footage is as he described a week after the event. He's absolutely certain that the officer who hit him was the one thrashing around with the fence just before he struck him.
On the footage PC Alston's baton can be seen raised in the air, as can the unidentified Met police officer. Defence suggesting Alfie didn't see PC Alston's baton raise.
Alfie insists that the officer who hit him was the one who hit the fence before advancing towards him. Alfie saw the baton raised and spun around instinctively before being hit.
Alfie points to the moment in the footage where he sees himself being hit. His hand is on his head. Defence says this is his interpretation of footage. Defence insisting Alfie's right hand is his left hand. Alfie and the AA barrister insists that his right hand is his right hand
Met police officer's baton can be seen striking downwards but by this point Alfie says he has already been struck.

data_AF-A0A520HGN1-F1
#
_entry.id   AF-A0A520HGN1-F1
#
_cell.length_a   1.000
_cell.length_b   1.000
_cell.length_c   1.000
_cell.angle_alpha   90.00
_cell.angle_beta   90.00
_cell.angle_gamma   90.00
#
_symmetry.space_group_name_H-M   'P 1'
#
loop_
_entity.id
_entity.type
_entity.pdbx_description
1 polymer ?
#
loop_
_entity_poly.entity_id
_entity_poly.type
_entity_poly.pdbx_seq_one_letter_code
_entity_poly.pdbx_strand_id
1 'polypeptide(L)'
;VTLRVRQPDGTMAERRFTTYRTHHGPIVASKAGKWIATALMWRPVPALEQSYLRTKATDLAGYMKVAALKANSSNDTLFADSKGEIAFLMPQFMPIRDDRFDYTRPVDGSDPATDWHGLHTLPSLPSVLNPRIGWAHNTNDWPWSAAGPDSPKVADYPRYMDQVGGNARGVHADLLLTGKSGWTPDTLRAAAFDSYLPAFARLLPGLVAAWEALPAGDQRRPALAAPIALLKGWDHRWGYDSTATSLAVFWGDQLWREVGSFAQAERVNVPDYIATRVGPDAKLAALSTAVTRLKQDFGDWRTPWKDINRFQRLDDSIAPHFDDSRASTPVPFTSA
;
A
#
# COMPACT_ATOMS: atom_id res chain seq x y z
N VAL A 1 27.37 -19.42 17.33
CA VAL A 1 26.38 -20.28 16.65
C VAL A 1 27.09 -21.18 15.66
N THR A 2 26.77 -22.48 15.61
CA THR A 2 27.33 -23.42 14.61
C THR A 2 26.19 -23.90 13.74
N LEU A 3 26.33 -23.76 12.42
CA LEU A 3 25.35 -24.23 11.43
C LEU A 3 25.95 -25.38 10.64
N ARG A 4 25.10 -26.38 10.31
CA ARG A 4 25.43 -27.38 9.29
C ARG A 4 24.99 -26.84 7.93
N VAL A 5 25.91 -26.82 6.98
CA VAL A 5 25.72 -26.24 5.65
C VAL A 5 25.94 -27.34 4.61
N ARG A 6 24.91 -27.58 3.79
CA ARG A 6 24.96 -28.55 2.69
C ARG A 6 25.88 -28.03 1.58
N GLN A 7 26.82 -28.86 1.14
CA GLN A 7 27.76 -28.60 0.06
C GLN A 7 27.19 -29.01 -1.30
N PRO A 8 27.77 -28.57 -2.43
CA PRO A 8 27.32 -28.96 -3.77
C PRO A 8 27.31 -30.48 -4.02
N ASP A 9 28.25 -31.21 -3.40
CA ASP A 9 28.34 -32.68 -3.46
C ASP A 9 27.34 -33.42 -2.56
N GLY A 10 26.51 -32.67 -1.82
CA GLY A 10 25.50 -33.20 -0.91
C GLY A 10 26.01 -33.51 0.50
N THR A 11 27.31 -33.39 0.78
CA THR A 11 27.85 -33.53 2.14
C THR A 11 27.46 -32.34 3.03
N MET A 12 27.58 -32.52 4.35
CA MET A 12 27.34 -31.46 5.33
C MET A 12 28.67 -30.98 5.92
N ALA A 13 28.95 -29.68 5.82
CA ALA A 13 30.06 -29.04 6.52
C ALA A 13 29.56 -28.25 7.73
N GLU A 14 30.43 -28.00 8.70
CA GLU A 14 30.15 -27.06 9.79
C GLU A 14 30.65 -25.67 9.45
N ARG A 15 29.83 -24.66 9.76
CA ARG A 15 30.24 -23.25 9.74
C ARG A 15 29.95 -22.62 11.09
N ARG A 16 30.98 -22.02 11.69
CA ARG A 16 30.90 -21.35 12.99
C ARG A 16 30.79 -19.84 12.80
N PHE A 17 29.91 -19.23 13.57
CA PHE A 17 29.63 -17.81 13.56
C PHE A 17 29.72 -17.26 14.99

Defence has finished asking questions. There will be a short break now (10 mins) before the Chair decides whether the panel will also ask questions.
Alfie has completed giving his evidence now. One more witness: He was PS at the time - William Duffy, now Superintendent. Duffy was in charge of PC Alston's unit on 9 Dec 2010. He says in his statement that he used his shortshield to push protesters back. He was responsible for
6 officers, including Alston, as their immediate supervisor. He authorised entry of police officers into the crowd, a rare tactic. The tactic was to enter the crowd and to move them back. He made the order because of instructions from the Silver commander (Johnson). He used his
short shield to strike people. As he raised his shield, the protester ducked down, and he struck them in the face. He was aiming for the arm and thigh areas. He was trying to strike the arms of protesters holding onto fencing.